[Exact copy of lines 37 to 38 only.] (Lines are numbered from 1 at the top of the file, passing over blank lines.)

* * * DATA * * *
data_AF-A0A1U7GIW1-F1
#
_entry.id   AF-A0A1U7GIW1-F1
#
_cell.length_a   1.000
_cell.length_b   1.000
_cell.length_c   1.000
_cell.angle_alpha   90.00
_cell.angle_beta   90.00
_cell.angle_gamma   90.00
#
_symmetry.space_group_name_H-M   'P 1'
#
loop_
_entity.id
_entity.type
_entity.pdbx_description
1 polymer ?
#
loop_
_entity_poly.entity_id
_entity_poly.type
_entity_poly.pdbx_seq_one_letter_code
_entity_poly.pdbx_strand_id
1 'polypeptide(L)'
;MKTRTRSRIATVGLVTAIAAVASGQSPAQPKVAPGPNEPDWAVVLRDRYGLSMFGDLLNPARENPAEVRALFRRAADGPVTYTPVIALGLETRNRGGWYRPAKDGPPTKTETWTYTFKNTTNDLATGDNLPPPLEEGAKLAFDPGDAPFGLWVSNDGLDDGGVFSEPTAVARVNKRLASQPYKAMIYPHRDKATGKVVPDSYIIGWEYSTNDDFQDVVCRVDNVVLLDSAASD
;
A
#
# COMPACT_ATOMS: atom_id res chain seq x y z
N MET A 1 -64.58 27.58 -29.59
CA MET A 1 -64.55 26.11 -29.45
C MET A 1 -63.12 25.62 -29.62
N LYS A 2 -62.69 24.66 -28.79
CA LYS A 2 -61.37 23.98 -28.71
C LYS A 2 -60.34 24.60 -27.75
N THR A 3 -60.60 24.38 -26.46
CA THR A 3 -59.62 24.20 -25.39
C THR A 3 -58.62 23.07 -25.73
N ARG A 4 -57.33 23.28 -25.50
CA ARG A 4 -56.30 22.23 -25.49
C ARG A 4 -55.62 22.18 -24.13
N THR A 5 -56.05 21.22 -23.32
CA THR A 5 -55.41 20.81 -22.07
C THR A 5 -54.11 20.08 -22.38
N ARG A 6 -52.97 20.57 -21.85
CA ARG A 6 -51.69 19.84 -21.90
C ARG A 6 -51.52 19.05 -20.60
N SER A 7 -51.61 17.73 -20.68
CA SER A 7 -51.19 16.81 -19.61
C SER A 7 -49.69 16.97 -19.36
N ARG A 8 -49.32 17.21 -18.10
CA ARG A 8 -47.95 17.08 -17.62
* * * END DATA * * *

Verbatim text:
N THR A 3 -60.60 24.38 -26.46
CA THR A 3 -59.62 24.20 -25.39